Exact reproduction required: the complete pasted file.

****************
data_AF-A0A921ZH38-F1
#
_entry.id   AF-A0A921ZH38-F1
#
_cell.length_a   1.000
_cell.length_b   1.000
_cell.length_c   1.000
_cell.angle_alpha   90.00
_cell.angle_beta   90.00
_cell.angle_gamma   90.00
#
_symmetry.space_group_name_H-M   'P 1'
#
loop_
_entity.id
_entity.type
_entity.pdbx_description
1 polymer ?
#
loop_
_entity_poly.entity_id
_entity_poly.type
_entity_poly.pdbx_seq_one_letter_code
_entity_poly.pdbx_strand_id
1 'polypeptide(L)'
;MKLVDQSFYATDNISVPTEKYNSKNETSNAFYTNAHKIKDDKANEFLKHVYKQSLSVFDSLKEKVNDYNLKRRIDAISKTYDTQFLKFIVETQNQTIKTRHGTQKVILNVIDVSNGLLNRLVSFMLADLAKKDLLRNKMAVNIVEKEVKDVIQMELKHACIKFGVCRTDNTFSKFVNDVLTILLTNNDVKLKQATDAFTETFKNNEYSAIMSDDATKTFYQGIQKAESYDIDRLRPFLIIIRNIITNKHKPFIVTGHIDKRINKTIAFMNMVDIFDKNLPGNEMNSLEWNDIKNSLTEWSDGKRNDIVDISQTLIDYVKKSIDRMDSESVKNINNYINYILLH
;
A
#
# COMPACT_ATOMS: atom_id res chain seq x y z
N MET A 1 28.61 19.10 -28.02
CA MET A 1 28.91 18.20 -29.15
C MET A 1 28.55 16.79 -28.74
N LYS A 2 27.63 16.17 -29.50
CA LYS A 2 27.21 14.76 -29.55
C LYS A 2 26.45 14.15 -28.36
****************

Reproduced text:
data_AF-A0A921ZH38-F1
#
_entry.id   AF-A0A921ZH38-F1
#
_cell.length_a   1.000
_cell.length_b   1.000
_cell.length_c   1.000
_cell.angle_alpha   90.00
_cell.angle_beta   90.00
_cell.angle_gamma   90.00
#
_symmetry.space_group_name_H-M   'P 1'
#
loop_
_entity.id
_entity.type
_entity.pdbx_description
1 polymer ?
#
loop_
_entity_poly.entity_id
_entity_poly.type
_entity_poly.pdbx_seq_one_letter_code
_entity_poly.pdbx_strand_id
1 'polypeptide(L)'
;MKLVDQSFYATDNISVPTEKYNSKNETSNAFYTNAHKIKDDKANEFLKHVYKQSLSVFDSLKEKVNDYNLKRRIDAISKTYDTQFLKFIVETQNQTIKTRHGTQKVILNVIDVSNGLLNRLVSFMLADLAKKDLLRNKMAVNIVEKEVKDVIQMELKHACIKFGVCRTDNTFSKFVNDVLTILLTNNDVKLKQATDAFTETFKNNEYSAIMSDDATKTFYQGIQKAESYDIDRLRPFLIIIRNIITNKHKPFIVTGHIDKRINKTIAFMNMVDIFDKNLPGNEMNSLEWNDIKNSLTEWSDGKRNDIVDISQTLIDYVKKSIDRMDSESVKNINNYINYILLH
;
A
#
# COMPACT_ATOMS: atom_id res chain seq x y z
N MET A 1 28.61 19.10 -28.02
CA MET A 1 28.91 18.20 -29.15
C MET A 1 28.55 16.79 -28.74
N LYS A 2 27.63 16.17 -29.50
CA LYS A 2 27.21 14.76 -29.55
C LYS A 2 26.45 14.15 -28.36